HADHA gene mutations: a preconception test to identify risk
You and your partner are thinking about having a child but are concerned about possible genetic diseases the baby might have? A state-of-the-art preconception test lets you know the Risk of transmitting genetic disease to the child even before conception occurs.
Knowing one’s genetic predisposition
Know your own genetic predisposition is essential as many heritable genetic diseases are severe and disabling. These disorders occur when one or more genes in the DNA are mutated. If the disease is recessive, Occurs when both parents carry recessive mutations of the same gene and pass the mutated genes on to their offspring.
In these cases, the child’s chance of manifesting the disease is 25 percent. 1
An example of a recessively transmitted disease is the long-chain 3-hydroxyacyl-CoA dehydrogenase deficiency (LCHADD). LCHADD is caused by a mutation in the gene HADHA, which produces an enzyme that, when mutated, results in a Deficiency in conversion of fatty acids to energy. 2 The disease has an incidence of 1:250.000 and is the second most common fatty acid oxidation deficiency (the first involves medium-chain fatty acids). 3,5
Fatty acids are an important energy resource
Fatty acids are an important energy resource, second only to sugars. When fasting for many hours, or in cases of intense exercise, fatty acids are catabolized for energy production. To fully catabolize a long-chain fatty acid, that is, to reduce it to the smallest components that a cell can use to derive energy, multiple enzymes are required, including the 3-Hydroxyacyl-CoA dehydrogenase.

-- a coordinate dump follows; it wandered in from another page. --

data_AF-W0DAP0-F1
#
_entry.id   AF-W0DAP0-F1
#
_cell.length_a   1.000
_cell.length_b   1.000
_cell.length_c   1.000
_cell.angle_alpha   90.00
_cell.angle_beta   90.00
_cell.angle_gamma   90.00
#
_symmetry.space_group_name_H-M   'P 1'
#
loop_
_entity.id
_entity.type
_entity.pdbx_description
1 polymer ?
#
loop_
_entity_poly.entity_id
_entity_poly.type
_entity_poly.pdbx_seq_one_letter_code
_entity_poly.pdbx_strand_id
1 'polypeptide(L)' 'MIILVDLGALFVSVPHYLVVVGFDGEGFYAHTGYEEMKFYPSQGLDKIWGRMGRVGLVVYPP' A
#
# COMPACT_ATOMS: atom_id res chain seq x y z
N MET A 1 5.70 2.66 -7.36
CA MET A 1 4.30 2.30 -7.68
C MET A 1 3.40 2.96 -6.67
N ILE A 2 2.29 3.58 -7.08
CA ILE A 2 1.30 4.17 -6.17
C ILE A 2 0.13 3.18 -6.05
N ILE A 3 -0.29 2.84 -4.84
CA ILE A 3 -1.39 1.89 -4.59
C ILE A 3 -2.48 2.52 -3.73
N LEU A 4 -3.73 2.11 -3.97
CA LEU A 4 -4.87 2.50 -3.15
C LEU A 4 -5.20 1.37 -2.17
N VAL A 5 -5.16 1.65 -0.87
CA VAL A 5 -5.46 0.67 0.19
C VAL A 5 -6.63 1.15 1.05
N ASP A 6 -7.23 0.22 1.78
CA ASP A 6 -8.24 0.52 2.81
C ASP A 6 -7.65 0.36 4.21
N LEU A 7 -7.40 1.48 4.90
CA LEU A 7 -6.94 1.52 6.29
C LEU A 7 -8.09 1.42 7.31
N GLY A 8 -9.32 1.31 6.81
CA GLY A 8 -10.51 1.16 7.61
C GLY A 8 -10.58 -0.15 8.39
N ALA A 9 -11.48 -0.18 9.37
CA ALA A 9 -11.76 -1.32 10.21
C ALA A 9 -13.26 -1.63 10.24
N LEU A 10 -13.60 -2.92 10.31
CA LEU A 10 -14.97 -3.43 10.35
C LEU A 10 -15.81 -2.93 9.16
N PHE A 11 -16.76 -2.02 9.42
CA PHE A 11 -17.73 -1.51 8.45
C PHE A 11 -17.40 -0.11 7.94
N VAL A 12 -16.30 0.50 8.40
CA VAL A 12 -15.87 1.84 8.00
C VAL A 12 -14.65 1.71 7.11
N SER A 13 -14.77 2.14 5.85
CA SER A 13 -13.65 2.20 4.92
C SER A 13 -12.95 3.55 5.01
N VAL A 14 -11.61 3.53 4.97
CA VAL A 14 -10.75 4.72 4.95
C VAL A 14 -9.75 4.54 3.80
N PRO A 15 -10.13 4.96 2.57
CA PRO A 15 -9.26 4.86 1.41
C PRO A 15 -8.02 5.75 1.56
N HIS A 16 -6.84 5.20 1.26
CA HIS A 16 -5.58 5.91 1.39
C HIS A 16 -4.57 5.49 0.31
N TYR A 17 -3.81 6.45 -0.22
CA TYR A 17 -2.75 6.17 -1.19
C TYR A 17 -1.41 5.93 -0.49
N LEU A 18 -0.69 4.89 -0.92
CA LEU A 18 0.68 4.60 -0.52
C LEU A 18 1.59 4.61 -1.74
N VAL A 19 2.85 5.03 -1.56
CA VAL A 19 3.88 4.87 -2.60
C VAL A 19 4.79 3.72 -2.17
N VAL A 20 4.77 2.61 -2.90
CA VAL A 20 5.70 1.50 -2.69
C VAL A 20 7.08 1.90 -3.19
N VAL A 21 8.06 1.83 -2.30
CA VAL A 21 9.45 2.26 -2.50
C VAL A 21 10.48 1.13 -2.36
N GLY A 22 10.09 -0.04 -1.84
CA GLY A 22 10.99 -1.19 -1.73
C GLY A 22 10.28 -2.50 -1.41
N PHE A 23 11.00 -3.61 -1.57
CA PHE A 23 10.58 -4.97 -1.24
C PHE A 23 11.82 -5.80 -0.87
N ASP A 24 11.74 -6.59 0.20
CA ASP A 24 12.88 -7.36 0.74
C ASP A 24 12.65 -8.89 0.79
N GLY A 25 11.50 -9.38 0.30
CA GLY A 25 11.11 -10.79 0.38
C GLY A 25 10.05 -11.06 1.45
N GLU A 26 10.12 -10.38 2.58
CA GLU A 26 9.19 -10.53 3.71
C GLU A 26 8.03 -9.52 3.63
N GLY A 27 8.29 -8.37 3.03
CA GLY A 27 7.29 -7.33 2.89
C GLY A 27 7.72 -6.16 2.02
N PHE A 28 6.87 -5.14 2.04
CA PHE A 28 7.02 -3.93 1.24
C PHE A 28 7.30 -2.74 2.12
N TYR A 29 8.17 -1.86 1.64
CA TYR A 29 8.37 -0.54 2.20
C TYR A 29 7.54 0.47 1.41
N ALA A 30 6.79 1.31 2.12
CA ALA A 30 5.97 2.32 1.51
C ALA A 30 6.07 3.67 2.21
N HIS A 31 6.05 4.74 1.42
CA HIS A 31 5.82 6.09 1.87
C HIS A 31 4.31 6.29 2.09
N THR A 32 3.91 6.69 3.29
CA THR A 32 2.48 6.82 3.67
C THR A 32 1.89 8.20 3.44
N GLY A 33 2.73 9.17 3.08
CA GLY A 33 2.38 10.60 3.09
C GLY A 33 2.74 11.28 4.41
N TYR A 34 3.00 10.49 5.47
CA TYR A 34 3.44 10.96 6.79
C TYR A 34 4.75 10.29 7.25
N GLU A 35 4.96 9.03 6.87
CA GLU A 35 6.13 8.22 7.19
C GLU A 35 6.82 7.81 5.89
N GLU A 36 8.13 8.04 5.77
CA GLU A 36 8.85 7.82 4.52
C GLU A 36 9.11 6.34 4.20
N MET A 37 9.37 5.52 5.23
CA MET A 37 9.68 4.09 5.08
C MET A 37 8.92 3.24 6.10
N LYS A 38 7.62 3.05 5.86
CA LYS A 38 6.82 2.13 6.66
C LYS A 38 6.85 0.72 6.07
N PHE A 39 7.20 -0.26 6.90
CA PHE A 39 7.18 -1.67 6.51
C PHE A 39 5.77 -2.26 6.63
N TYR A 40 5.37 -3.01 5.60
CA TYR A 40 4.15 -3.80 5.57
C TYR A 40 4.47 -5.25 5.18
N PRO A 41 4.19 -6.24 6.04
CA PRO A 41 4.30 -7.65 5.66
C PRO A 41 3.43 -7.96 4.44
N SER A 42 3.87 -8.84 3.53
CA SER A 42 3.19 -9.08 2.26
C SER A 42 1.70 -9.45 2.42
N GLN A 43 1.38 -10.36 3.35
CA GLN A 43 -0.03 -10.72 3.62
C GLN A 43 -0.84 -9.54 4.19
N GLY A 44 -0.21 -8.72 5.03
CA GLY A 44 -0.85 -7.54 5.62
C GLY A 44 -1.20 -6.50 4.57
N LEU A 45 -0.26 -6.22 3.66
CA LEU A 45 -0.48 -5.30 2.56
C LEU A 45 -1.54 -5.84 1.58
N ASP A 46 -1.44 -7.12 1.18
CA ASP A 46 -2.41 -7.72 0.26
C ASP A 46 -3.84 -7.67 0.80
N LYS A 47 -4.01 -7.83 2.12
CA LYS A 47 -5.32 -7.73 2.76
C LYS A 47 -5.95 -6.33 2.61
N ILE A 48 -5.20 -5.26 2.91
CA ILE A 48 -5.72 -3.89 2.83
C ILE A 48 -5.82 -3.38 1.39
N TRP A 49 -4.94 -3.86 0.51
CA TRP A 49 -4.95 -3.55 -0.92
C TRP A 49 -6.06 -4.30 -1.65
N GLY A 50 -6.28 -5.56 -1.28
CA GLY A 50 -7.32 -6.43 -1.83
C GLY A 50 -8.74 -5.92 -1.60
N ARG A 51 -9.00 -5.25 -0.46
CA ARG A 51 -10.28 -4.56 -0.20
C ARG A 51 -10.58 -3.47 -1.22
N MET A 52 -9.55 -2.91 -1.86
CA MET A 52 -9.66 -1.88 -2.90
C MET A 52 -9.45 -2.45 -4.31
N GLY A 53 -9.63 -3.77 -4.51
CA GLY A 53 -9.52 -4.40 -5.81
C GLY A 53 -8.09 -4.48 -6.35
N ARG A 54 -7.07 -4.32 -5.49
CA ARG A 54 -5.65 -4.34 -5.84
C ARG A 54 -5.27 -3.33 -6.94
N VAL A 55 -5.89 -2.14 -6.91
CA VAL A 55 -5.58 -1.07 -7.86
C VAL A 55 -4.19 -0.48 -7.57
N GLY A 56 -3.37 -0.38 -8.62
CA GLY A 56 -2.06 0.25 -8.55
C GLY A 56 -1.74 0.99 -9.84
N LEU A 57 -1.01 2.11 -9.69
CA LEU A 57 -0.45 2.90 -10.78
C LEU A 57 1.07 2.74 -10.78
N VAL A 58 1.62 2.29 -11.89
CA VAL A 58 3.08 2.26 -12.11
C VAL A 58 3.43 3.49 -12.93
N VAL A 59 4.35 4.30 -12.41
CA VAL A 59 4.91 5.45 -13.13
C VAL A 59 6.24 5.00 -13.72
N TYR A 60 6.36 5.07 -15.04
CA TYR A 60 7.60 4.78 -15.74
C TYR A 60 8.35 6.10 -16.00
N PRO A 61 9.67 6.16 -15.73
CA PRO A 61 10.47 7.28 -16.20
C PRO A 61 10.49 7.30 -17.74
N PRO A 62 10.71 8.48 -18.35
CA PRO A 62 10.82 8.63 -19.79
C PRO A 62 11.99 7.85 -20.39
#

In the case where this enzyme is mutated, the body is unable to complete all the steps of catabolism and convert fatty acids into energy for cells and tissues. 2,3
Very severe symptoms as early as birth
Clinically, most patients with LCHADD have the following Very severe symptoms since birth, or otherwise occur in the first few months of life. Disease causes hypoglycemia, metabolic acidosis, hypotonia, rhabdomyolysis, cardiomyopathy and arrhythmia, peripheral neuropathy, and liver abnormalities. 2,5
The therapy Includes several strategies to block the acute stages or to improve the long-term effects. During acute manifestations, glucose is administered and attempts are made to hydrate the patient as much as possible. In the long term, a diet high in carbohydrates and medium-chain triglycerides is put in place, while prolonged fasting and intense physical exertion are recommended to be avoided. 5
LCHADD has no particular symptoms for which diagnosis requires multiple tests: 4
- evaluation of metabolites in the blood and urine in the acute stages of symptom manifestation is carried out;
- the patient is tested by fasting, possibly in combination with an oral fatty acid load;
- an enzyme assay is performed, which is essential for diagnostic confirmation of the various biochemical defects;
- Molecular genetic tests that can identify the presence of specific mutations 4 .
Given the severity of this and other recessive genetic disorders, it is important to know one’s reproductive risk. This can be done by undergoing a preconception genetic testing, as the Igea tests: is done through a blood draw from both prospective parents, and the result will indicate whether you carry any genetic disorder that can be transmitted to your offspring, such as long-chain 3-hydroxyacyl-CoA dehydrogenase deficiency.
You consult your doctor to plan a suitable and safe reproductive pathway. Also, learn more about transmissible mutations detectable with Igea by visiting: www.sorgentegenetics.en
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